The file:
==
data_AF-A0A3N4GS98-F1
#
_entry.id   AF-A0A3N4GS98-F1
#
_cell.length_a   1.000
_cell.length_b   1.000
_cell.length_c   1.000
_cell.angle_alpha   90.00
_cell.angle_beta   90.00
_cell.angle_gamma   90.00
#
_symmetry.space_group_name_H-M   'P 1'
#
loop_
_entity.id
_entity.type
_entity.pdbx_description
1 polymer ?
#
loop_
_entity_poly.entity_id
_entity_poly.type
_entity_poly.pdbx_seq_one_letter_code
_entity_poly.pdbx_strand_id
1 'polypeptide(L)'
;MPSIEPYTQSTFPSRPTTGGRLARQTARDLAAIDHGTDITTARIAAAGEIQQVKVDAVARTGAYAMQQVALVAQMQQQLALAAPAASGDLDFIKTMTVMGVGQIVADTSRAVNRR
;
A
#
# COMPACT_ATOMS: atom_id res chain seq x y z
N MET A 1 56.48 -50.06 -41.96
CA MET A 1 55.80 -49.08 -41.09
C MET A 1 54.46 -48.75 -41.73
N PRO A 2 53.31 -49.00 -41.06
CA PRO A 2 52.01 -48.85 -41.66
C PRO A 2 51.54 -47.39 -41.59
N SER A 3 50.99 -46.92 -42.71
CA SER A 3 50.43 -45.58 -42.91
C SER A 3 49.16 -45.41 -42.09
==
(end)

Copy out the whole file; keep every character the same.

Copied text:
data_AF-A0A3N4GS98-F1
#
_entry.id   AF-A0A3N4GS98-F1
#
_cell.length_a   1.000
_cell.length_b   1.000
_cell.length_c   1.000
_cell.angle_alpha   90.00
_cell.angle_beta   90.00
_cell.angle_gamma   90.00
#
_symmetry.space_group_name_H-M   'P 1'
#
loop_
_entity.id
_entity.type
_entity.pdbx_description
1 polymer ?
#
loop_
_entity_poly.entity_id
_entity_poly.type
_entity_poly.pdbx_seq_one_letter_code
_entity_poly.pdbx_strand_id
1 'polypeptide(L)'
;MPSIEPYTQSTFPSRPTTGGRLARQTARDLAAIDHGTDITTARIAAAGEIQQVKVDAVARTGAYAMQQVALVAQMQQQLALAAPAASGDLDFIKTMTVMGVGQIVADTSRAVNRR
;
A
#
# COMPACT_ATOMS: atom_id res chain seq x y z
N MET A 1 56.48 -50.06 -41.96
CA MET A 1 55.80 -49.08 -41.09
C MET A 1 54.46 -48.75 -41.73
N PRO A 2 53.31 -49.00 -41.06
CA PRO A 2 52.01 -48.85 -41.66
C PRO A 2 51.54 -47.39 -41.59
N SER A 3 50.99 -46.92 -42.71
CA SER A 3 50.43 -45.58 -42.91
C SER A 3 49.16 -45.41 -42.09